#8 7% shipping surge seen (April 18) Our preview of the shipping industry’s earnings season found revenues could increase 7% on a year earlier, led by a 10% increase from the expeditors. Container-lines could achieve their first growth on a year earlier since 3Q 2014.

#9 Pence’s KORUS concerns (April 18) U.S. Vice President Mike Pence’s tour of Asia included a warning to South Korea that its trade deal could be reviewed. We flagged that it may need to invest more in the U.S. – its FDI is only 8% of its trade surplus, compared to 84% for Japan’s.

#10 Steel’s national security issues (April 21) The administration launched two “section 232” national security reviews during the month. The first looked at the steel industry, and could take up to 270 days to complete. We looked at 2,000 country-product pairs and found Brazil and Russia could be in Commerce’s crosshairs.

#11 Aluminum’s national security issues (April 27) The second “232” review was into aluminum. Our deep-dive showed Canada, Russia, the UAE and China are potential targets. Targeting Canada may clash with NAFTA while Chinese foil is already under investigation.

#12 Ross swings the axe (April 25) Commerce Secretary Wilbur Ross launched surprise (at least in timing) tariffs on Canadian softwood lumber exports, rather than waiting for a ruling on June 23. Our data showed Canadian exports to the U.S. already fell 16% in February from their peak.

#13 Schenker shoots ahead (April 11) Our monthly review of non-vessel operating common carriers (NVOCCs) shows the top 10 carriers’ volumes expanded 13% on a year earlier. That beat the industry average of 7%. DB-Schenker saw the fastest organic growth at 22%.

#14 NAFTA without TPA = problems (April 19) Both the Mexican and American governments appear frustrated with a lack of progress on NAFTA talks. Mexico in particular may want to avoid starting talks at the time of its seasonal peak in trade surpluses, which is normally in October.

#15 Trump’s cudgel, Xi’s Scalpel (April 3) President Trump resolved to use trade policy with China as part of attempts to rein-in North Korea. China’s imports of clothing from North Korea could be one area for sanctions, our figures show.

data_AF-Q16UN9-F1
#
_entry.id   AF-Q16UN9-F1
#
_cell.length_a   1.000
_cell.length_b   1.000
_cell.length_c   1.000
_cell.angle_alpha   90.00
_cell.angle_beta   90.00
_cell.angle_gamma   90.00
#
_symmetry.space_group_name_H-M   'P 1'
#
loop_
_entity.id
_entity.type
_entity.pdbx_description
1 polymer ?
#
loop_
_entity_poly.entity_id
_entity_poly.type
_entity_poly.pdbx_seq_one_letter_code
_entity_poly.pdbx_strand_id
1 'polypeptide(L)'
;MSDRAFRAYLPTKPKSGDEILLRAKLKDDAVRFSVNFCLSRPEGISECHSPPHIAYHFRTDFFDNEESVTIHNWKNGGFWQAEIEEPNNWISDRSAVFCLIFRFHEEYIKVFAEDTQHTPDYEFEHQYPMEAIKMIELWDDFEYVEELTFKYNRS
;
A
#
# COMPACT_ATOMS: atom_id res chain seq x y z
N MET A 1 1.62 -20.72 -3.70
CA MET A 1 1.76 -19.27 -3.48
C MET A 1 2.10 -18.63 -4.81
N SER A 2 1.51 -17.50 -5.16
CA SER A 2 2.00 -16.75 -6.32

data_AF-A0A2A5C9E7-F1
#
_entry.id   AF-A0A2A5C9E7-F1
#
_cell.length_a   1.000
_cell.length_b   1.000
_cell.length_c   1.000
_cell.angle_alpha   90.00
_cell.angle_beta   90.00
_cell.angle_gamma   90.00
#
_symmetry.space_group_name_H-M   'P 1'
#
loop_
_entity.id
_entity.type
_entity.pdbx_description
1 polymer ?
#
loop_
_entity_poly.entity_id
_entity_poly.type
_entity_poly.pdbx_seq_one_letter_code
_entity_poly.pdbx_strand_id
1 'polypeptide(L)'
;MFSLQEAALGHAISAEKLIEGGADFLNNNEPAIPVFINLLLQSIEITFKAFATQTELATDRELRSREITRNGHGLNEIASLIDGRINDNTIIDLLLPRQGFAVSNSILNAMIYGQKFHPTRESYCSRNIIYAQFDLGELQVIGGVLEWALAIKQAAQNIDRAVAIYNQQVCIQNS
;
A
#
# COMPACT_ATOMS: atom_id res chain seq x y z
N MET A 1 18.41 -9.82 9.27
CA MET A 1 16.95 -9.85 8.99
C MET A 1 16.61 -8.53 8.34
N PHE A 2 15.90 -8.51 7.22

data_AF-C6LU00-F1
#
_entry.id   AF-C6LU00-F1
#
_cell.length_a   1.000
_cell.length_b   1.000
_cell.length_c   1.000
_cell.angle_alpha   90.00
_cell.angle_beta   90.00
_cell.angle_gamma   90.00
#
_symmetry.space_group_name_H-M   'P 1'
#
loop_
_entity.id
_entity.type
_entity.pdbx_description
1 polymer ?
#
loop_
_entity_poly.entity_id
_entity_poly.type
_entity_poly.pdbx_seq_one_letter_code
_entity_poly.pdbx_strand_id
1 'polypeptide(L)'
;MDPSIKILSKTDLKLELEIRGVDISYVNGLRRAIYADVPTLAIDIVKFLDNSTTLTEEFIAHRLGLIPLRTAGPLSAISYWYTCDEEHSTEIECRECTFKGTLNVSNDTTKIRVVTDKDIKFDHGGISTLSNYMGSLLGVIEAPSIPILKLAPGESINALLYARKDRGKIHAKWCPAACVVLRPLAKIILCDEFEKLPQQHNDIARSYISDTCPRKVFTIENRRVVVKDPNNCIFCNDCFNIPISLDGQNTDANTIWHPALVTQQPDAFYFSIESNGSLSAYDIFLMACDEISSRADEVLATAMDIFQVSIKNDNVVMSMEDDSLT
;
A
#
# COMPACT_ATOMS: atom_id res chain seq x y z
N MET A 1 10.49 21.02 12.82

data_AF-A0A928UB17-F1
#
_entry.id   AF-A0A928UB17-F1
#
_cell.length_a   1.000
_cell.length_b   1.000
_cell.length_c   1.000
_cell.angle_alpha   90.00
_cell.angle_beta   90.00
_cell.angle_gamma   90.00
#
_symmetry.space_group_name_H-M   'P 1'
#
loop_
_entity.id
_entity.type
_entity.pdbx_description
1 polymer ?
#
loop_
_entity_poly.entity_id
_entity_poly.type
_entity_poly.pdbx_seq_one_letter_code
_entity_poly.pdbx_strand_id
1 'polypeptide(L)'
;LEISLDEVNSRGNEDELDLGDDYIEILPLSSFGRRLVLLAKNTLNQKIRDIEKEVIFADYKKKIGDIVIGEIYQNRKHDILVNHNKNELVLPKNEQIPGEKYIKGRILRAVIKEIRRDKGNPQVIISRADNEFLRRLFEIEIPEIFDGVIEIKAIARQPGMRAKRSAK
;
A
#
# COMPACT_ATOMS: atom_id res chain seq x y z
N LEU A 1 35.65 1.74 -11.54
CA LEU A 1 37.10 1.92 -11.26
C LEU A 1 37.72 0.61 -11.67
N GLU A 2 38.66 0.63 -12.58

#16 Americans buy foreign (April 6) We take the temperature of U.S. imports each month using our shipment data, and found it was boiling over. Seaborne shipments climbed 7% for the month, with imports from China jumping 21%.

#17 China’s steel promise, delivered (April 24) Our data shows that Chinese steel export discipline had begun to fail just ahead of a government decision to withdraw 29 factories’ licenses. We also analyzed 4,000 product-country to see where the next trade cases may be hiding.

#18 Jolly bad luck for Blighty (April 24) It appears President Trump now favors a trade deal with the EU rather than the U.K. first – indeed the door was opened to TTIP talks later in the month. That should be a surprise – the U.S. runs a trade surplus of $910 million with the U.K. but a $149 billion deficit with the EU.

#19 What currency manipulation? (April 13) The U.S. Treasury Department didn’t find any countries guilty of currency manipulation, but did imply that Treasury does not believe the ECB acts in the interest of all eurozone members. We found the smallest 13 countries did more than Germany to boost the U.S. deficit.

#20 A battle for the existence of alliances (April 6) The future for shipping alliances’ exemption from U.S. antitrust rules was called into question by Congress. Our market share analysis highlighted the route-dependence of such analysis while flagging the top five shippers are twice the size of the next five.